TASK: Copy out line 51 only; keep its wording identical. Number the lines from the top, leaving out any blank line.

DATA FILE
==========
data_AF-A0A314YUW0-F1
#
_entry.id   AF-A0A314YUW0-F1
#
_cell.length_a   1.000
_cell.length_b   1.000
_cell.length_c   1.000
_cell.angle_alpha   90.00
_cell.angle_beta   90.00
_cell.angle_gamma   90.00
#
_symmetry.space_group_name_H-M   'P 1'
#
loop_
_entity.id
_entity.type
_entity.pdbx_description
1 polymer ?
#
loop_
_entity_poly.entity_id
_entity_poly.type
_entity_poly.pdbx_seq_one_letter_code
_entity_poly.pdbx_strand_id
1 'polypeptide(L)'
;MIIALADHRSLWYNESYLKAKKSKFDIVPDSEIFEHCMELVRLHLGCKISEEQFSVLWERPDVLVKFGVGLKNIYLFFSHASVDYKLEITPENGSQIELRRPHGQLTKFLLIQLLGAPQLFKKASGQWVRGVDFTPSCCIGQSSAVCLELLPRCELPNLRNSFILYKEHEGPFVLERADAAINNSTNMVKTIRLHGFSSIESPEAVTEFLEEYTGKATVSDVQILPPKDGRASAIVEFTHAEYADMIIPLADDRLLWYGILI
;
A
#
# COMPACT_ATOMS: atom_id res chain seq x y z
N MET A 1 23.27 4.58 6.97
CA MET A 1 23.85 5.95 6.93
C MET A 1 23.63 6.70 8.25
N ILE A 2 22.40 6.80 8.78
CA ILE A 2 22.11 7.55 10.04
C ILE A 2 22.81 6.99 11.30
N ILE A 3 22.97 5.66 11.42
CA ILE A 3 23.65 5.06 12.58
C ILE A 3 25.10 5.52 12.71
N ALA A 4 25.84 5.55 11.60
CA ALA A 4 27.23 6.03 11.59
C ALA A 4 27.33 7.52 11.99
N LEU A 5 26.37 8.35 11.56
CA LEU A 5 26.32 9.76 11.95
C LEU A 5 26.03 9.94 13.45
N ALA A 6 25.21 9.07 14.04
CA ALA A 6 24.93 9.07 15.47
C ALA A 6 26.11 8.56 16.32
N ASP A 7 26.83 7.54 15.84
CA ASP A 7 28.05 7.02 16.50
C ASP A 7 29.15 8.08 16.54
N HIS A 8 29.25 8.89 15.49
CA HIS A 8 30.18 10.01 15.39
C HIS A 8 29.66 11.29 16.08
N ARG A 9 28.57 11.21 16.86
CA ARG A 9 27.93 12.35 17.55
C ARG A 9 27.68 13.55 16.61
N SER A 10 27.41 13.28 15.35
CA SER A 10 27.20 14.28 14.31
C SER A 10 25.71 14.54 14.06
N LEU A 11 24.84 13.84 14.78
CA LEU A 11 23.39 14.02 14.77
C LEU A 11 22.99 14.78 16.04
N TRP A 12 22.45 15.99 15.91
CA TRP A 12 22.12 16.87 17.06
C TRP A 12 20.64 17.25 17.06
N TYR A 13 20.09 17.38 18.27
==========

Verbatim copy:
C ASP A 7 29.15 8.08 16.54